Richardson Reacts to New Poll Indicating Swing in His Favor

KXL reports:
A dramatic shift in poll numbers has taken place since Governor John Kitzhaber’s campaign became riddled with scandal. A poll commissioned by KATU has Dennis Richardson with a surprising double-digit lead.

Even Dennis Richardson himself is surprised by the new numbers “It was just amazing to see that kind of a flip,” Richardson told KXL. “People finally have figured it out, that with cover-ups, waste, investigations, sweetheart deals, and pay-for-play they finally decided that’s not going to work for Oregon’s future.”

Kitzhaber, who was up 13-points before a steady dose of negative press is now down 17-points. With 18% of those polled saying they have shifted allegiances, and were once voting for the governor but are now voting for Richardson.

Richardson says he has met some of those 18% who have switched sides “I met some in the grocery store who said ‘I have been a Democrat all my life and I never thought I would vote for a Republican, but this isn’t about party, this is about integrity, honestly and honor.” Richardson said. “They all have different reasons, but they said ‘we’re voting for Richardson, we want to give him a chance.”
Some people have had enough.

Wish you were staying here... Pink Floyd star fights deportation threat to music teacher

Scottish Express

Obama Asserts Fast and Furious Executive Privilege Claim for Holder’s Wife

Judicial Watch reports:
Judicial Watch announced today that it received from the Obama Department of Justice (DOJ) a “Vaughn index” detailing records about the Operation Fast and Furious scandal. The index was forced out of the Obama administration thanks to JW’s June 2012 Freedom of Information Act (FOIA) request and subsequent September 2012 FOIA lawsuit (Judicial Watch v. Department of Justice (No. 1:12-cv-01510)). A federal court had ordered the production over the objections of the Obama Justice Department.

The document details the Attorney General Holder’s personal involvement in managing the Justice Department’s strategy on media and Congressional investigations into the Fast and Furious scandal. Notably, the document discloses that emails between Attorney General Holder and his wife Sharon Malone – as well as his mother – are being withheld under an extraordinary claim of executive privilege as well as a dubious claim of deliberative process privilege under the Freedom of Information Act. The “First Lady of the Justice Department” is a physician and not a government employee.

This is the first time that the Obama administration has provided a detailed listing of all records being withheld from Congress and the American people about the deadly Fast and Furious gun running scandal. The 1307-page “draft” Vaughn index was emailed to Judicial Watch at 8:34 p.m. last night, a few hours before a federal court-ordered deadline. In its cover letter, the Department of Justice asserts that all of the responsive records described in the index are “subject to the assertion of executive privilege.”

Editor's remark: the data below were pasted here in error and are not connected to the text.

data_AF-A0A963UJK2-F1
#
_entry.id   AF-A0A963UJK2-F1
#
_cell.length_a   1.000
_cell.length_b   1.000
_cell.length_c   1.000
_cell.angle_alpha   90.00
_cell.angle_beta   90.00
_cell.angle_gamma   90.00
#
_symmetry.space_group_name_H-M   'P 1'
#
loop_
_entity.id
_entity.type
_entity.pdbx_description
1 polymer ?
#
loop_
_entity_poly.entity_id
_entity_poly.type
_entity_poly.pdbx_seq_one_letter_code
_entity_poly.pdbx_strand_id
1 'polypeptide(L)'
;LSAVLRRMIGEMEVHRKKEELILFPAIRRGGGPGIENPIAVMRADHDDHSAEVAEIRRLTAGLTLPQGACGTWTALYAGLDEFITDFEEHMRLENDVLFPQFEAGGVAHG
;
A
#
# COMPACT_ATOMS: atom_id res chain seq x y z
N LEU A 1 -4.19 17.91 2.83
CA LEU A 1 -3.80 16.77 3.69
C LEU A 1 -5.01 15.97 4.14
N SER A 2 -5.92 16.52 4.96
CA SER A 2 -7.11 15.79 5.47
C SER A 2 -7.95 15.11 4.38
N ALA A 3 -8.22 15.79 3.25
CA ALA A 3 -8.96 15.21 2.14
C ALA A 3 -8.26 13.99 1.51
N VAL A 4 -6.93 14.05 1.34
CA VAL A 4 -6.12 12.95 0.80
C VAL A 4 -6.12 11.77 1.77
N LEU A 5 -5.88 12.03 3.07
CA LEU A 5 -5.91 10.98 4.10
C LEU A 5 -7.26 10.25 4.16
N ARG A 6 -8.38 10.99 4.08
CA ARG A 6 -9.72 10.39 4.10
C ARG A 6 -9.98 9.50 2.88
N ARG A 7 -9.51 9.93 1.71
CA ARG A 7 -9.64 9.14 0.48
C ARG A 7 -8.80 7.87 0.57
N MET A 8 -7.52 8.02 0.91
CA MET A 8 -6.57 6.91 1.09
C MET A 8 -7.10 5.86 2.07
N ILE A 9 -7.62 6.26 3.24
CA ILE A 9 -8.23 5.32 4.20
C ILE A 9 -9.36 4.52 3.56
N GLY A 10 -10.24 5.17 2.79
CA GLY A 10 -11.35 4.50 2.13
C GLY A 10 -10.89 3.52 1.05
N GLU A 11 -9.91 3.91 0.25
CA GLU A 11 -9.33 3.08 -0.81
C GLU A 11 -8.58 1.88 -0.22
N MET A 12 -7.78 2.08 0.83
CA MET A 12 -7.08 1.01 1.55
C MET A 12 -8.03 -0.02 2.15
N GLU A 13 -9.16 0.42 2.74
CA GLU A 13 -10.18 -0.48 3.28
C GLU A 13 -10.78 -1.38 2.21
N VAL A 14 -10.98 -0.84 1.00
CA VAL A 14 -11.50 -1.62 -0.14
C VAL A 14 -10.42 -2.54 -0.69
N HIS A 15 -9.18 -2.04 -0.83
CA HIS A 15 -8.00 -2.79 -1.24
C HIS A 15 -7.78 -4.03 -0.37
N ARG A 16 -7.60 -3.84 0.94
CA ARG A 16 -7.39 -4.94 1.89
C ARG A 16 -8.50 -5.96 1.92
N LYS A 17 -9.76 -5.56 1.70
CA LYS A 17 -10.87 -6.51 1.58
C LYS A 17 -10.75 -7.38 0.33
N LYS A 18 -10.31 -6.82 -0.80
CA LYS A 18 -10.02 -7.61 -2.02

The Vaughn index explains 15,662 documents. Typically, a Vaughn index must: (1) identify each record withheld; (2) state the statutory exemption claimed; and (3) explain how disclosure would damage the interests protected by the claimed exemption. The Vaughn index arguably fails to provide all of this required information but does provide plenty of interesting information for a public kept in the dark for years about the Fast and Furious scandal.
Yet, MSNBC wants to talk about Chris Christie's bridge scandal.

End the Fed -- Then What?

Poll: Just 25 % call Obama 'mostly successful'

The Washington Examiner

'PhotoMath' app uses recognition technology to solve your math homework for you

ABC News Denver

Kay Hagan Kind Of, Sort Of Thinks Obama Is A Bad Leader [VIDEO]

The Daily Caller

HHS unveils $840M initiative to reform doctors' offices

The Hill

Milton Friedman - Abolish The Fed (Video)

Dancing priests become Internet sensation

The Sacramento Bee

Voters Strongly Support Limits on Food Stamp Recipients

Rasmussen reports:
Beginning next year, Indiana will limit how long some can get food stamps, and voters nationwide strongly support similar limits in their state. Just over half favor fixing a deadline for how long people can receive federal public assistance benefits of any kind.

Larry Sabato-Senate Forecast: Cloudy With a Good Chance of a Republican Majority

Larry Sabato reports:
With less than two weeks to go until Election Day, the picture in several key races remains hazy. But when the dust settles, the most likely result is a Republican majority, as the Crystal Ball’s outlook of Republicans adding five to eight seats has long indicated.

The GOP needs at least a net gain of six seats to win back Congress’ upper chamber. But the math is complicated by Sen. Pat Roberts’ (R) struggles in Kansas against independent Greg Orman, and even if Roberts wins, the GOP may not get to 51 seats until after Dec. 6 (Louisiana’s runoff) or even Jan. 6, 2015 (Georgia’s runoff), making it difficult to actually call the Senate for Republicans even this close to Nov. 4.

A rundown of the arithmetic at this point: The GOP looks certain to win Democratic-controlled seats in Montana and West Virginia, both of which we rate as Safe Republican. While ex-Gov. Mike Rounds (R) hasn’t had an easy go of it in South Dakota — thus our Leans Republican rating there — he is still in a decent position to beat Rick Weiland (D) and independent ex-Republican Sen. Larry Pressler in a three-way race. A win in the Mount Rushmore State would give the GOP three pickups.